Several providers noted that some Arab-American patients see herbal or other alternative preparations such as cinnamon as viable alternatives to medications. Underlying these misconceptions is a lack of understanding of the seriousness of the disease and the risk of complications.

You have a lot of them where they don’t want to take the medication. They heard about this herb or these concoctions from the Middle East, and they give it to each other, and they tell each other about it. (Physician)

The health care system sub-theme primarily concerned insurance issues and differences among health care providers, particularly physicians. Participants perceived limited insurance or a lack of insurance as a major barrier to some of their Arab-American patients, especially with regard to medications. The process of authorizing medications is frequently long and complex and is an additional barrier, even for insured patients.

Some of it is straight insurance issues. Quite a few people don’t have insurance, or have limited insurance that will cover only certain medicines and doesn’t cover others. So, the problem is getting an insurance that can sustain their needs as far as getting the medications. (Physician)

Providers also described “old-school” and “new-school” physicians, with old-school physicians taking a much more holistic approach to patient care. The old-school physicians take time with their patients and discuss all health matters with them, whereas new-school physicians transfer responsibility to specialists, in this case endocrinologists. A younger physician in one of the focus groups clearly saw the benefits of the old-school approach, but explained that time limitations and financial constraints simply do not allow for the old-school type of provider-patient encounter.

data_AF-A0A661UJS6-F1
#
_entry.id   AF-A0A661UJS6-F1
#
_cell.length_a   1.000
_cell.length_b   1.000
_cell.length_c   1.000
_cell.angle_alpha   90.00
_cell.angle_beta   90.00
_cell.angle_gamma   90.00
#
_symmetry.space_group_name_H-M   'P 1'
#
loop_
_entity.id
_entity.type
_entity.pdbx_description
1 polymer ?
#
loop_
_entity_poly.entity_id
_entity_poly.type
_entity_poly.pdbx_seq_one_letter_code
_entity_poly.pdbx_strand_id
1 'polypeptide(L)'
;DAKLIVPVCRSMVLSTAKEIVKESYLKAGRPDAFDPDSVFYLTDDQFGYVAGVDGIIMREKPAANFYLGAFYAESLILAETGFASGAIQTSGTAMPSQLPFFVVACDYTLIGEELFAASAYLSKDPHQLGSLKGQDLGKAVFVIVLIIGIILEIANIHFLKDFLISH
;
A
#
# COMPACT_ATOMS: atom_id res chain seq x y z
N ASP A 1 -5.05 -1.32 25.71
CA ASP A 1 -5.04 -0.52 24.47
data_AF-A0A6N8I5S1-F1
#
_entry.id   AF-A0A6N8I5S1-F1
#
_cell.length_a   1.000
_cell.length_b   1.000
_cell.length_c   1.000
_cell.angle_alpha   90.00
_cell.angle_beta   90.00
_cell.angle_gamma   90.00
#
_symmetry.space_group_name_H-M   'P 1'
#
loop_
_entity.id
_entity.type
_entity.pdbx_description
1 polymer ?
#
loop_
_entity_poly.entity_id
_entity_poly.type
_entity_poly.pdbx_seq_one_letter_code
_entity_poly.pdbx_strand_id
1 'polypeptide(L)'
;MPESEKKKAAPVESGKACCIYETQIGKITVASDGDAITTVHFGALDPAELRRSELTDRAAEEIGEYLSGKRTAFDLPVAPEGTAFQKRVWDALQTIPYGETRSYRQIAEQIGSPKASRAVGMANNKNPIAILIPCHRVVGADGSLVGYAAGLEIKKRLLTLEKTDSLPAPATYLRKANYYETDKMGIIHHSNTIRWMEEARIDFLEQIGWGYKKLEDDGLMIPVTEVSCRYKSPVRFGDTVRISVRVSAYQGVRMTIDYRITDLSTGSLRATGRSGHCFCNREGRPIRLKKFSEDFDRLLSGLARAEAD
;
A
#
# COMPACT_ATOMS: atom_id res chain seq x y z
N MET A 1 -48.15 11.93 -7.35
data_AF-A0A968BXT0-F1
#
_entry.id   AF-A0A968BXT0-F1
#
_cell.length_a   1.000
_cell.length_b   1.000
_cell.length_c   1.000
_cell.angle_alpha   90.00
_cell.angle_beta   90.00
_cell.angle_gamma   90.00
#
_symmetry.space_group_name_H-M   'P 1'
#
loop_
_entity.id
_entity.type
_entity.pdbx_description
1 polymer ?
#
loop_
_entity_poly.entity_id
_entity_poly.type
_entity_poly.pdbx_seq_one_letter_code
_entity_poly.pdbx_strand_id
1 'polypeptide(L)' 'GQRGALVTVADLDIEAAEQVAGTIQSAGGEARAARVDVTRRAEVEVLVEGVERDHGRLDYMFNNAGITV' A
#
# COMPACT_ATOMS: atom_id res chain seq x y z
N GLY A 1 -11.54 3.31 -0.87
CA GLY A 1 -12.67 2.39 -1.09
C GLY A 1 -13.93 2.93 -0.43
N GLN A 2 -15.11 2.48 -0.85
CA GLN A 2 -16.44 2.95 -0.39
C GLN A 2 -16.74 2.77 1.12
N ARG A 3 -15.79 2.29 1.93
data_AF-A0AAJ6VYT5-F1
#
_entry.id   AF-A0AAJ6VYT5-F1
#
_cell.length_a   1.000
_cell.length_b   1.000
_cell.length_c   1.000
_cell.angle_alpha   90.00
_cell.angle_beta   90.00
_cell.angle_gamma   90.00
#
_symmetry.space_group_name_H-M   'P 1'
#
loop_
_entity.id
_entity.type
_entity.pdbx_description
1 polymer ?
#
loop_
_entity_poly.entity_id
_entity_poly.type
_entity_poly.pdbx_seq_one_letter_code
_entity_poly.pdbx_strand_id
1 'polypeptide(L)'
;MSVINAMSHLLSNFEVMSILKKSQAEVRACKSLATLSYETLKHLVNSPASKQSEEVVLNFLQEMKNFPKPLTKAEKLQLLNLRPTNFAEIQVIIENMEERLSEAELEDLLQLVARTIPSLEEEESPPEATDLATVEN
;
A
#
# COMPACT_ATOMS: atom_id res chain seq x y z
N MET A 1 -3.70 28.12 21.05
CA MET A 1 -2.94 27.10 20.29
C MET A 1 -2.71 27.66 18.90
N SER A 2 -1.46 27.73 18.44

See, there’s a huge difference in old school and new school. The old-school physicians, they take time with their patients. They sit, they talk to the patients. They really, truly, and genuinely care about the entire spectrum, anything from a common cold to diabetes. You have new school that’s not necessarily lazy; it’s a transfer of responsibility. So, somebody is diabetic, they just pawn him off to an endocrinologist. So, they don’t really take the time to sit and deal with a diabetic patient. (Physician)

Theme 4: Cultural Factors

Cultural factors, the fourth theme, encompassed aspects of the Arab culture that participants perceived influenced DSM in their Arab-American patients. This theme had four sub-themes: disease as weakness, family is central, food, and view of physicians. In general, providers described Arab Americans as having a general view of illness as a weakness. Patients with diabetes do not dare to tell others about their disease, due to this stigma.

To them, first, when they initially find out about it, it’s like disaster, first of all. (Pharmacist)

One provider stated that there are many phobias in the Arab-American culture, explaining that cancer, for example, is often called by another name, just to avoid using the term. This reluctance to admit to having diabetes was considered a primary cultural barrier to DSM. Reluctance to accept the diagnosis is also reflected in resistance among many newly diagnosed patients to start prescribed medications.

They all carry that stigma that disease would equate to weakness or breakdown, and they like to see themselves being viewed in the community as the strong person. They don’t like people knowing that they’re ill. (Physician)

The second sub-theme focused on the central significance of family in the Arab culture. The family was described as being involved in every aspect of a patient’s life. Thus, by necessity, providers felt that they need to include patients’ family members in informational sessions regarding diabetes treatment and control.